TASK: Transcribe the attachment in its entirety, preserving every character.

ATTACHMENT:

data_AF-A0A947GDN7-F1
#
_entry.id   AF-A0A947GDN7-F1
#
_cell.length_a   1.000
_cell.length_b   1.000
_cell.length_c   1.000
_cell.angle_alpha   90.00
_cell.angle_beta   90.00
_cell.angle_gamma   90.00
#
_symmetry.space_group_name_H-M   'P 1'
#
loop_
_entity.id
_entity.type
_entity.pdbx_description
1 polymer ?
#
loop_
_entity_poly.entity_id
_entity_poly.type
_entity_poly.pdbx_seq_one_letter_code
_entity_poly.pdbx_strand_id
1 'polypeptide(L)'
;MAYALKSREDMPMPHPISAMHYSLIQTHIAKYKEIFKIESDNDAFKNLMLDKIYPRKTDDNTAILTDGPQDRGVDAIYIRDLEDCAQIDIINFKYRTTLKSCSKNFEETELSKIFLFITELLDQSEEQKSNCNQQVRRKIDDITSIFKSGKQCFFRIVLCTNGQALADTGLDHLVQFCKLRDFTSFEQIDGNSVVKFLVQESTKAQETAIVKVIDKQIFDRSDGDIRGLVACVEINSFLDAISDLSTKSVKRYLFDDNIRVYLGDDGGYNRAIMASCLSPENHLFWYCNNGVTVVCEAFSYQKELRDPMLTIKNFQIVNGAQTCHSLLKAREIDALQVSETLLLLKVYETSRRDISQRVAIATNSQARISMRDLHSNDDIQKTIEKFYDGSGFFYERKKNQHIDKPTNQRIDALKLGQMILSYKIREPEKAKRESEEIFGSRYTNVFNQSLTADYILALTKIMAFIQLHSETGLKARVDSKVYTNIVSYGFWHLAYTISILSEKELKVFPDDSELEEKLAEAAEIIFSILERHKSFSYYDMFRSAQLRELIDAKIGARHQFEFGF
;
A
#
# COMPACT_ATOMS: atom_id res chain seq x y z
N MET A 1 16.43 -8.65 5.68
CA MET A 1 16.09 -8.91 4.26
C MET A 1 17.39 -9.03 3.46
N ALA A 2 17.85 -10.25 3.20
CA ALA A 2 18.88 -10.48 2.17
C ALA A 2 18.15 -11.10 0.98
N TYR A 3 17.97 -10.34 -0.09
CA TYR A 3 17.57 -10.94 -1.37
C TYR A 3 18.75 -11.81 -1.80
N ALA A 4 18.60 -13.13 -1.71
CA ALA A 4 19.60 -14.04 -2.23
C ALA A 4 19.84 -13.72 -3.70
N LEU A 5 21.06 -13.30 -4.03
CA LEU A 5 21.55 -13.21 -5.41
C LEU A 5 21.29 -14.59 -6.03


data_AF-A0A947GDN7-F1
#
_entry.id   AF-A0A947GDN7-F1
#
_cell.length_a   1.000
_cell.length_b   1.000
_cell.length_c   1.000
_cell.angle_alpha   90.00
_cell.angle_beta   90.00
_cell.angle_gamma   90.00
#
_symmetry.space_group_name_H-M   'P 1'
#
loop_
_entity.id
_entity.type
_entity.pdbx_description
1 polymer ?
#
loop_
_entity_poly.entity_id
_entity_poly.type
_entity_poly.pdbx_seq_one_letter_code
_entity_poly.pdbx_strand_id
1 'polypeptide(L)'
;MAYALKSREDMPMPHPISAMHYSLIQTHIAKYKEIFKIESDNDAFKNLMLDKIYPRKTDDNTAILTDGPQDRGVDAIYIRDLEDCAQIDIINFKYRTTLKSCSKNFEETELSKIFLFITELLDQSEEQKSNCNQQVRRKIDDITSIFKSGKQCFFRIVLCTNGQALADTGLDHLVQFCKLRDFTSFEQIDGNSVVKFLVQESTKAQETAIVKVIDKQIFDRSDGDIRGLVACVEINSFLDAISDLSTKSVKRYLFDDNIRVYLGDDGGYNRAIMASCLSPENHLFWYCNNGVTVVCEAFSYQKELRDPMLTIKNFQIVNGAQTCHSLLKAREIDALQVSETLLLLKVYETSRRDISQRVAIATNSQARISMRDLHSNDDIQKTIEKFYDGSGFFYERKKNQHIDKPTNQRIDALKLGQMILSYKIREPEKAKRESEEIFGSRYTNVFNQSLTADYILALTKIMAFIQLHSETGLKARVDSKVYTNIVSYGFWHLAYTISILSEKELKVFPDDSELEEKLAEAAEIIFSILERHKSFSYYDMFRSAQLRELIDAKIGARHQFEFGF
;
A
#
# COMPACT_ATOMS: atom_id res chain seq x y z
N MET A 1 16.43 -8.65 5.68
CA MET A 1 16.09 -8.91 4.26
C MET A 1 17.39 -9.03 3.46
N ALA A 2 17.85 -10.25 3.20
CA ALA A 2 18.88 -10.48 2.17
C ALA A 2 18.15 -11.10 0.98
N TYR A 3 17.97 -10.34 -0.09
CA TYR A 3 17.57 -10.94 -1.37
C TYR A 3 18.75 -11.81 -1.80
N ALA A 4 18.60 -13.13 -1.71
CA ALA A 4 19.60 -14.04 -2.23
C ALA A 4 19.84 -13.72 -3.70
N LEU A 5 21.06 -13.30 -4.03
CA LEU A 5 21.55 -13.21 -5.41
C LEU A 5 21.29 -14.59 -6.03